Philosophical Quarterly 52 (209):582-601 (2002)

Ryan Nichols
California State University, Fullerton
I argue that Reid adopts a form of Meinongianism about fictional objects because of, not in spite of, his common sense philosophy. According to 'the way of ideas', thoughts take representational states as their immediate intentional objects. In contrast, Reid endorses a direct theory of conception and a heady thesis of first-person privileged access to the contents of our thoughts. He claims that thoughts about centaurs are thoughts of non-existent objects, not thoughts about mental intermediaries, adverbial states or general concepts. In part this is because of the common sense semantics he adopts for fictional-object terms. I show that it is reasonable for Reid to endorse Meinongianism, given his epistemological priorities, for he took the way of ideas to imply that his view about first-person privileged access to our mental contents was false
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DOI 10.1111/1467-9213.00287
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References found in this work BETA

Negative Existentials.Richard L. Cartwright - 1960 - Journal of Philosophy 57 (20/21):629-639.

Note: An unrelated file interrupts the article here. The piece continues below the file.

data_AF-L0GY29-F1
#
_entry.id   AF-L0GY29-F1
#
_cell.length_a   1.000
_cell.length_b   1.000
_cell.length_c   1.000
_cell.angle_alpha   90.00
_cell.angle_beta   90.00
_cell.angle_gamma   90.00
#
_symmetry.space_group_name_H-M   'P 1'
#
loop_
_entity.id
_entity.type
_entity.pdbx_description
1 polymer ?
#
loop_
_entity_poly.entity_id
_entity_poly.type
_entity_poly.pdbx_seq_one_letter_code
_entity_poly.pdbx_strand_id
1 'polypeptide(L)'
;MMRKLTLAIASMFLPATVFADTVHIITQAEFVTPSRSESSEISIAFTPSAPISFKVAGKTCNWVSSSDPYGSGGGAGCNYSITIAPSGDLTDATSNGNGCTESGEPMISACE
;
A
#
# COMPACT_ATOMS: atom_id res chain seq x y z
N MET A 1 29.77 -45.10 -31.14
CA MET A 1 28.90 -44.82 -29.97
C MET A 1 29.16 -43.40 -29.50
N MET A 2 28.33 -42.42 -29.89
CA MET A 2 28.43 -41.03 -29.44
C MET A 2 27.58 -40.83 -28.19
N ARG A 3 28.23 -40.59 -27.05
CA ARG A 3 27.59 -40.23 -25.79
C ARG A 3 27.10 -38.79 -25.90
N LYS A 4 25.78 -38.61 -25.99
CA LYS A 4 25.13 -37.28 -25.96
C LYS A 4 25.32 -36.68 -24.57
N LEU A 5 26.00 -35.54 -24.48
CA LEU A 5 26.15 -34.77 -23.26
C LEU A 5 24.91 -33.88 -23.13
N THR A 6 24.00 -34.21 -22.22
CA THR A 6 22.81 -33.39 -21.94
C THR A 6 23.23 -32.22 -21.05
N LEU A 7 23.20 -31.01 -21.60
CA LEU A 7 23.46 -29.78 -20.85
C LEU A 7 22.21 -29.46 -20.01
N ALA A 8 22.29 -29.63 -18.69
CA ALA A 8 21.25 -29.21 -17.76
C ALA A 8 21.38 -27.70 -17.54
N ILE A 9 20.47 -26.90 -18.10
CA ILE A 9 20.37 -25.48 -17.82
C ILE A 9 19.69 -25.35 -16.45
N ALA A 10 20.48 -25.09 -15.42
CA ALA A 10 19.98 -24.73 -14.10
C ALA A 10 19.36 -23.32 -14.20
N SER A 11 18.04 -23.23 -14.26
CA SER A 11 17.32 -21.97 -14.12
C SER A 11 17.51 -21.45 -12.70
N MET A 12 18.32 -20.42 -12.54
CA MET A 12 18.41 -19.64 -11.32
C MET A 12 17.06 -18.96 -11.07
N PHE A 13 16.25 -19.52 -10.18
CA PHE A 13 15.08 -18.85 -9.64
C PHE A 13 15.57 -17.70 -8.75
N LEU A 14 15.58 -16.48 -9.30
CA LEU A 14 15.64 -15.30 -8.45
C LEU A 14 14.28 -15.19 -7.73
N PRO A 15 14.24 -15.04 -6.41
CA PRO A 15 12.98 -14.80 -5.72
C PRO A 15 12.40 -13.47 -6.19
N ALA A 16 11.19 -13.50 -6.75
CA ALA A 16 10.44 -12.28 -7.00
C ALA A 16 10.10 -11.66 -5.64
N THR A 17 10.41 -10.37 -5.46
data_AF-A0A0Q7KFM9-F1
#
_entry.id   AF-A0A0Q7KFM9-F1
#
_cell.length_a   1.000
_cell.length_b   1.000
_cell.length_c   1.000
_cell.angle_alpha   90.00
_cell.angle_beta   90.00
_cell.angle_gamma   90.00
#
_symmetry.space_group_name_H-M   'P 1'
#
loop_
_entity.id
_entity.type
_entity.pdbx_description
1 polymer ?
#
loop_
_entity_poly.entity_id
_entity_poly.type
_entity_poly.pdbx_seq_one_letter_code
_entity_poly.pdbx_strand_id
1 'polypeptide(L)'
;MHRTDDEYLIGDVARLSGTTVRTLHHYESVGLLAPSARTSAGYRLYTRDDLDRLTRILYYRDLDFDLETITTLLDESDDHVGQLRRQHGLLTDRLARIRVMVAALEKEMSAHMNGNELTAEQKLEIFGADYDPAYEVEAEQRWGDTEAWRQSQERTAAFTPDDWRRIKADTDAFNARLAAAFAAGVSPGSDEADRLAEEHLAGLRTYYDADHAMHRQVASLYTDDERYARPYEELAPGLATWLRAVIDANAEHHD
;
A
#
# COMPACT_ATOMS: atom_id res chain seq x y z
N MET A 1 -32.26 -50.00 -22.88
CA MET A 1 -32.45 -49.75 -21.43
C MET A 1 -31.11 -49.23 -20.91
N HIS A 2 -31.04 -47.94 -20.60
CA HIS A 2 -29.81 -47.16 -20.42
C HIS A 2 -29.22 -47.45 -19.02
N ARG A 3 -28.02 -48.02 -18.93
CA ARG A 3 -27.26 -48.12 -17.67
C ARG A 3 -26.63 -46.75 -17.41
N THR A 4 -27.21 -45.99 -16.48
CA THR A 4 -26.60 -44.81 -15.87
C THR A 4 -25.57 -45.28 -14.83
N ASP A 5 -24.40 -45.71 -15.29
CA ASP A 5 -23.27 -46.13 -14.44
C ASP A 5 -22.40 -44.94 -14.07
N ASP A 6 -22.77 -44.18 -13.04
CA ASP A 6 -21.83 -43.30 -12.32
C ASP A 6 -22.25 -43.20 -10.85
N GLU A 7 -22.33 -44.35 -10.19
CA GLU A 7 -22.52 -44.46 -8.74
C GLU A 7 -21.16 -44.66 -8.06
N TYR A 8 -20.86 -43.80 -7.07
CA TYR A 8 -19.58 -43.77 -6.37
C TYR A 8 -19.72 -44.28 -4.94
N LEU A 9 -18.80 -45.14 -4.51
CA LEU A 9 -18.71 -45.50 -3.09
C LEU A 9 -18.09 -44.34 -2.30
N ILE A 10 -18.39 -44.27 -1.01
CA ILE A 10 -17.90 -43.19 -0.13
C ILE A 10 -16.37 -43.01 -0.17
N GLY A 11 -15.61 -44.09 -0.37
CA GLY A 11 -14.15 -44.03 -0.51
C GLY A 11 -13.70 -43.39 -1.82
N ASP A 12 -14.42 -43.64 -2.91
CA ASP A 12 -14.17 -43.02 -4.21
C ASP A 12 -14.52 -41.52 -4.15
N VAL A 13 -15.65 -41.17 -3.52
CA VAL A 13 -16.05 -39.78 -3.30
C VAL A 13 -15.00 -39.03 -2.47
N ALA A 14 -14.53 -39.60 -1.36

Particulars, Individual Qualities, and Universals.Keith Lehrer & Vann McGee - 1992 - In Kevin Mulligan (ed.), Language, Truth and Ontology. Kluwer Academic Publishers. pp. 37--47.
Reid’s Answer to Abstract Ideas.Susan V. Castagnetto - 1992 - Journal of Philosophical Research 17:39-60.

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Citations of this work BETA

Thomas Reid.Gideon Yaffe & Ryan Nichols - 2009 - Stanford Encyclopedia of Philosophy.
Thomas Reid on Induction and Natural Kinds.Stephen Harrop - forthcoming - Journal of Scottish Philosophy.
Perceptual and Imaginative Conception: The Distinction Reid Missed.Marina Folescu - 2015 - In Todd Buras & Rebecca Copenhaver (eds.), Thomas Reid on Mind, Knowledge and Value. Oxford University Press. pp. 52-74.

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